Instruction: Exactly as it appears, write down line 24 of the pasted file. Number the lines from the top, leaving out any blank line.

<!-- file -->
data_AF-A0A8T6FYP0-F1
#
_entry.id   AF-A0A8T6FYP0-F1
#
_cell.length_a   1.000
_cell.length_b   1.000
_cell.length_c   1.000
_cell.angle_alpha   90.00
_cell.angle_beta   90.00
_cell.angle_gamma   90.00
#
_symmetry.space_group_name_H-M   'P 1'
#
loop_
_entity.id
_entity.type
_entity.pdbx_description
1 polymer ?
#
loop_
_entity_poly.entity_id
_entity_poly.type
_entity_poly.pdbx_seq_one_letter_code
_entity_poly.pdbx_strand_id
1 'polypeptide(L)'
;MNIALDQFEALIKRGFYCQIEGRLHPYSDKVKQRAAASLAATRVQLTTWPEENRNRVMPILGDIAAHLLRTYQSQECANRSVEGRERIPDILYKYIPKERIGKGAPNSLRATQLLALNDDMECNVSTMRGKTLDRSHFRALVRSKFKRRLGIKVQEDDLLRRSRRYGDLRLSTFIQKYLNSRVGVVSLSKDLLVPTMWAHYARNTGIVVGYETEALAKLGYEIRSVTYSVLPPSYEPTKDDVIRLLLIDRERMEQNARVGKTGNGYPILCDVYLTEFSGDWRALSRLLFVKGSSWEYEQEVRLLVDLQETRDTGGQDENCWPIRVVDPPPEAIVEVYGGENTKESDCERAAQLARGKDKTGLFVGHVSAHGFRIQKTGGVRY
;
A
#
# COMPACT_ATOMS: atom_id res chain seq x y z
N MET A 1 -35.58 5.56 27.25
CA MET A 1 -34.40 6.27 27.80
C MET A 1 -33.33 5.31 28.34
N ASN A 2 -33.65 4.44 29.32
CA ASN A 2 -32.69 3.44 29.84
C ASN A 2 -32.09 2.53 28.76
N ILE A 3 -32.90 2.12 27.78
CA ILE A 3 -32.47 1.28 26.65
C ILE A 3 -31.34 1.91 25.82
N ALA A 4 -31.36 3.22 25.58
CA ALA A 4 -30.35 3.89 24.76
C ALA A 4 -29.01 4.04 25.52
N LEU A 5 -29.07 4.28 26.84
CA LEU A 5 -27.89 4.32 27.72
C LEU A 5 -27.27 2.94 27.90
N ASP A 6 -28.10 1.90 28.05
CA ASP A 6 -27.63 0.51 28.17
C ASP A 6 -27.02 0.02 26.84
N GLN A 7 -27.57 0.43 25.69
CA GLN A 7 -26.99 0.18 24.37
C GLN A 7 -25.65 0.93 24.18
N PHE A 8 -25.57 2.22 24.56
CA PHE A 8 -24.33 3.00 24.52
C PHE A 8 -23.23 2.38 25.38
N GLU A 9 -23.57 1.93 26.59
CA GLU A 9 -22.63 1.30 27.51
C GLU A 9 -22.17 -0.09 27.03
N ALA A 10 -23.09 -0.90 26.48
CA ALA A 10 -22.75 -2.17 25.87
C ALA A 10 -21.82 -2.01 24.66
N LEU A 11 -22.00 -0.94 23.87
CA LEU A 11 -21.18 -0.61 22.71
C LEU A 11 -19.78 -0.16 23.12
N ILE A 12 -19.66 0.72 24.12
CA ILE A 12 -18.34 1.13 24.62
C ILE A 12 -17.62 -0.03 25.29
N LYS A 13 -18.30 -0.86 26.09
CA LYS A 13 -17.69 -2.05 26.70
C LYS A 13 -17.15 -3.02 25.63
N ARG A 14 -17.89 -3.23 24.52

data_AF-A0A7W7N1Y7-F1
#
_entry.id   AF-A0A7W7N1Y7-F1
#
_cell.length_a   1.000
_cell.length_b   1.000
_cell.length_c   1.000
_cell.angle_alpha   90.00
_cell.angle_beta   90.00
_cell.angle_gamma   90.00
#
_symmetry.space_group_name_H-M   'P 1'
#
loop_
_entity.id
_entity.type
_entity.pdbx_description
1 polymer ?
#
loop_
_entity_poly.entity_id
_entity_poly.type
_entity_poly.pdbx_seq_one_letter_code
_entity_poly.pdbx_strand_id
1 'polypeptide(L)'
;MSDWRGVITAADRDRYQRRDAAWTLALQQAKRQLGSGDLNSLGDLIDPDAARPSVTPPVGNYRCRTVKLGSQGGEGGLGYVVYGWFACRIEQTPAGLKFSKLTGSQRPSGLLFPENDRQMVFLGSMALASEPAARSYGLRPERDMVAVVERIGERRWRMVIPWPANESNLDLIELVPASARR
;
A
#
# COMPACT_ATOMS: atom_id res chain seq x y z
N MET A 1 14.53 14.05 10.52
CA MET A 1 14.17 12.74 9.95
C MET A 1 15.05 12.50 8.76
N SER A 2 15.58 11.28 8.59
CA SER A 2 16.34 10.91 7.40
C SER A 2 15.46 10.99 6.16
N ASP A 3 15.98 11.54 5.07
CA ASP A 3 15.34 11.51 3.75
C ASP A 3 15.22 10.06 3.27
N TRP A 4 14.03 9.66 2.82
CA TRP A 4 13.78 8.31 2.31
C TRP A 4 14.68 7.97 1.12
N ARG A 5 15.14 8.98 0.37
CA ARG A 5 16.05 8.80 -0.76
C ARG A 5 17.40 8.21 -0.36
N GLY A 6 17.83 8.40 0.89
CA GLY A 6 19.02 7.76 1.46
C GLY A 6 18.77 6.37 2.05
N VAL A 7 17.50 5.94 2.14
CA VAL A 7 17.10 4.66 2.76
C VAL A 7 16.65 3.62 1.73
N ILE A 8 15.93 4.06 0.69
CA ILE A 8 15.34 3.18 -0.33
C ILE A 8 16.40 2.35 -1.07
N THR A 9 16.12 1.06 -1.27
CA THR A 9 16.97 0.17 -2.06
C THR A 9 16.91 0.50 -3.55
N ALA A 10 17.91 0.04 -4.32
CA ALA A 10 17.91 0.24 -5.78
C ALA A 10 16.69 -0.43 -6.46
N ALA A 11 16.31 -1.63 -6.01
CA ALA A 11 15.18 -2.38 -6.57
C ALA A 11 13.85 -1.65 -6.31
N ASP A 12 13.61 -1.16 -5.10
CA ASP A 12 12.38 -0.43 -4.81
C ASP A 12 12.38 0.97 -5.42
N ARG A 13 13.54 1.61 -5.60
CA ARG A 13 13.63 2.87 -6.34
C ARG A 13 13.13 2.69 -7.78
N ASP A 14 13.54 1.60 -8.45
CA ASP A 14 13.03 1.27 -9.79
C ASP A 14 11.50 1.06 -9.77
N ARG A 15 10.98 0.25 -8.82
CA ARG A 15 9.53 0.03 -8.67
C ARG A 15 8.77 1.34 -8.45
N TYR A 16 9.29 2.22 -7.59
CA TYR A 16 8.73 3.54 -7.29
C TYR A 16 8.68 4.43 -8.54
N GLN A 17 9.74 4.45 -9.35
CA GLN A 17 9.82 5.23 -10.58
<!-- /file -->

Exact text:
_entity_poly.pdbx_strand_id